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Let's have an example: A grails project, myproj, is deployed in Tomcat 6. It can be accessed anywhere thru this link: http://www.mycompany.com/myproj.

Let's say we purchase another domain, http://newcompany.com, and we would like to point it to http://www.mycompany.com/myproj/url.

If I go to http://newcompany.com/12345, it should be the same as doing http://www.mycompany.com/myproj/url/12345.

Can anyone tell me if this is possible? How to implement it (change Tomcat 6 config, add code in UrlMappings.groovy)?

Thanks in advance.

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3 Answers 3

Having 2 domains pointing to the same site is straightforward if you front Tomcat with Apache and use url rewriting via mod_rewrite and/or mod_jk.

It's also possible to add aliases to your tomcat config, though I don't think you can have one alias with a context path and one on the root using just Tomcat so you may need to make your app aware of the different hosts.

The bigger question is do you really want 2 domains for the same instance as it could confuse users and search engines and will almost certainly cause bugs.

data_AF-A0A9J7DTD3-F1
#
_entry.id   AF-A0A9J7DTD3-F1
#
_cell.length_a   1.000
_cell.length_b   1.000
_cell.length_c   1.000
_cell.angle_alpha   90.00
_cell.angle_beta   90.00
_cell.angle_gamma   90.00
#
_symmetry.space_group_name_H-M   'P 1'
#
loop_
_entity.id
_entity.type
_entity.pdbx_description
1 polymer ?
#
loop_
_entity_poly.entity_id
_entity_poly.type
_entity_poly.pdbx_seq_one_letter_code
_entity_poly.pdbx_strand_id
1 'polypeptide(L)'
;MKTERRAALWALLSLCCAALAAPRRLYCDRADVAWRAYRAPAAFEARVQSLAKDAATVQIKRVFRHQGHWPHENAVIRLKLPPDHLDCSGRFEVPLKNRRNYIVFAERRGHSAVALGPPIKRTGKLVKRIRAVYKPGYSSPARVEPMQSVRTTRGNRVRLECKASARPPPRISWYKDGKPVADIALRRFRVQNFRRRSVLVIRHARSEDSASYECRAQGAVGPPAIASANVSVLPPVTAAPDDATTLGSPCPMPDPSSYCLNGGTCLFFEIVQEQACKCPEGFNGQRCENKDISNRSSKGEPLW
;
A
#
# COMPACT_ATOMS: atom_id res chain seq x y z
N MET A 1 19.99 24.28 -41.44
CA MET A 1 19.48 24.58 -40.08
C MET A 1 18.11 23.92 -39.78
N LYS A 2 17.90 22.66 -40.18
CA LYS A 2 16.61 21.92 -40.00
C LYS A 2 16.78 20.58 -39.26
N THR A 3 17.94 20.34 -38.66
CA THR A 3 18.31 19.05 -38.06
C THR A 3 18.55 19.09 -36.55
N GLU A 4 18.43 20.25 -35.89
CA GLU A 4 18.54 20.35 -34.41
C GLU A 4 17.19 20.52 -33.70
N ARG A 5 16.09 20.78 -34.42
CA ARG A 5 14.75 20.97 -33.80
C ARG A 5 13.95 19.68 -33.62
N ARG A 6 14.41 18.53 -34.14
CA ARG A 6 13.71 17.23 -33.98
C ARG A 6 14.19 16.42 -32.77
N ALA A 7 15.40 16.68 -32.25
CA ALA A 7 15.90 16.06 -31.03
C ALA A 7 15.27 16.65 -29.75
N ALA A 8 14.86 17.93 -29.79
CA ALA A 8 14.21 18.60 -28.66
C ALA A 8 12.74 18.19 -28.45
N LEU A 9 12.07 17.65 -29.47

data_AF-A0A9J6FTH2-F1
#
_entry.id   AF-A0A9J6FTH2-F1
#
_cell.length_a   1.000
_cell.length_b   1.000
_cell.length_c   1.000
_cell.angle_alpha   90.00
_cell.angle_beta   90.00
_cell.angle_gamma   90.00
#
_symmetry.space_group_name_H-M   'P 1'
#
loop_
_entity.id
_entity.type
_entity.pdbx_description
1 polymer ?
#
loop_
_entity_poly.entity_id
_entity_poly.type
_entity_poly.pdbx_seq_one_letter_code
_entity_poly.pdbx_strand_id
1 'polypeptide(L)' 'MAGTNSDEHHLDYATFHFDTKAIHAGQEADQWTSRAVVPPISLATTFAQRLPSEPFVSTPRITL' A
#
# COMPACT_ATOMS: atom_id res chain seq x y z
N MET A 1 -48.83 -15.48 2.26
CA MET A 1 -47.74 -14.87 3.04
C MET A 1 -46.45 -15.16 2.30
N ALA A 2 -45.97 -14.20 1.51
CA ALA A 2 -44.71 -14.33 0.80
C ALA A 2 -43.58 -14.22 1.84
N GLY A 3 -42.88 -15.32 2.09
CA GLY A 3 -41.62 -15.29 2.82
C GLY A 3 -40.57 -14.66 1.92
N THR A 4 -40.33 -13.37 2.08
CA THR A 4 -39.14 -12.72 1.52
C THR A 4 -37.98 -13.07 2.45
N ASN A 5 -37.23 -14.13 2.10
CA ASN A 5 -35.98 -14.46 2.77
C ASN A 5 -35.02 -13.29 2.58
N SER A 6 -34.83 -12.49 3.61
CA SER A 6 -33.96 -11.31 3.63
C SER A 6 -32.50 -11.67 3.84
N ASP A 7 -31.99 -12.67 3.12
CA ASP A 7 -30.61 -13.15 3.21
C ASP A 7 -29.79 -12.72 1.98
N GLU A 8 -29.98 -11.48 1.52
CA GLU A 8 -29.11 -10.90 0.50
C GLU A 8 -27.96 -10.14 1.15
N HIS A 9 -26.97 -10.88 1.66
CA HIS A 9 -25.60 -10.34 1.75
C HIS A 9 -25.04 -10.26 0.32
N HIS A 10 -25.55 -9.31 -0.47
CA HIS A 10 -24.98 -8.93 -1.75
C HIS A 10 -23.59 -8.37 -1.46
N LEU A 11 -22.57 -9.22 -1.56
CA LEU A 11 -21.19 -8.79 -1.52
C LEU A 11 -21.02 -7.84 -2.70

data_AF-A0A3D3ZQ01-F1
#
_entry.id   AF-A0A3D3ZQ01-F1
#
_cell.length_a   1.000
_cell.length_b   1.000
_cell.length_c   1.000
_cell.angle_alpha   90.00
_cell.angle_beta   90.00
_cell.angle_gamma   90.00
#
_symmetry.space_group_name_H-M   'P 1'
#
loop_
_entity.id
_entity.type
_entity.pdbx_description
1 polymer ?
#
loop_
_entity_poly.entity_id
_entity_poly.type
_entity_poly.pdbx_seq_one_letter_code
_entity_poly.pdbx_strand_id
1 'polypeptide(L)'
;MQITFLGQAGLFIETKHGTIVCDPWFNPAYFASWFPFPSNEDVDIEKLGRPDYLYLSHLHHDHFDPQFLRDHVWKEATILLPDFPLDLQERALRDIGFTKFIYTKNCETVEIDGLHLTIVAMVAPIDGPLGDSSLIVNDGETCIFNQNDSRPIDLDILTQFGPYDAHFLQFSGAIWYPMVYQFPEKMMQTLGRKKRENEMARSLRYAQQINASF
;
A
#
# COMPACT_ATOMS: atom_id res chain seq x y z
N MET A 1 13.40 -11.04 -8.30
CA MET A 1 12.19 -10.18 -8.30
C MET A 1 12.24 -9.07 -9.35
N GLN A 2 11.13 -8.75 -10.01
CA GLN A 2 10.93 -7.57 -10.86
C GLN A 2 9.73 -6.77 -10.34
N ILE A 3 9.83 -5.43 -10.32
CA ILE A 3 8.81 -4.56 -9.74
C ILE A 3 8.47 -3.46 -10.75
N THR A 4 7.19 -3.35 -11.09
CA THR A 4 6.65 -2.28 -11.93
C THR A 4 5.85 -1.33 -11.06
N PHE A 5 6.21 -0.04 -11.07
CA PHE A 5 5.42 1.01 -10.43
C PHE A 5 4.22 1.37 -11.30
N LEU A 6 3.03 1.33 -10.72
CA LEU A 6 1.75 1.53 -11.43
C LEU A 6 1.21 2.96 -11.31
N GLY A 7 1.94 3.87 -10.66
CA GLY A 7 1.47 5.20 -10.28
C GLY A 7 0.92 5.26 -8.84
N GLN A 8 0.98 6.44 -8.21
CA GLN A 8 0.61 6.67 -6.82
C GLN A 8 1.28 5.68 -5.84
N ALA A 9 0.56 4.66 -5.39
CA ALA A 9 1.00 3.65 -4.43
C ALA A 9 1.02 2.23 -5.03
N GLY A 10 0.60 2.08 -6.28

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thanks for the tips. actually, the purpose of the 2nd domain is to act as an internal and custom url shortening service/stats tracker that will be used ONLY by the 1st domain (project). instead of creating 2 diff grails project, we're thinking if they can be integrated as a single project. what do you think? does this make sense? –  firnnauriel Apr 8 '10 at 13:37
    
I'd probably use Apache to do achieve that –  Dave Apr 8 '10 at 14:35

You can use the UrlMappings.groovy to map a controller to your root index. For example, I wanted my root index "/" to be controlled by my loginController.groovy. So I added the UrlMapping entry "/"(controller:'login', action:'index')

The UrlMappings.groovy is shown below:

class UrlMappings {
    static mappings = {
        // MJC - added this in an attempt to give a controller some control
        // over the root.
        "/"(controller:'login',action:'index')

      "/$controller/$action?/$id?"{
            constraints {
                // apply constraints here
            }
        }
        // "/"(view:"/index")
        "500"(view:'/error')
    }

}

Hope this helps...

  • Monte C. Concept Automation Support, Inc.
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There is a Java web filter called URLRewrite that will probably do what you want - it does the same job for Tomcat as mod_rewrite does for Apache.

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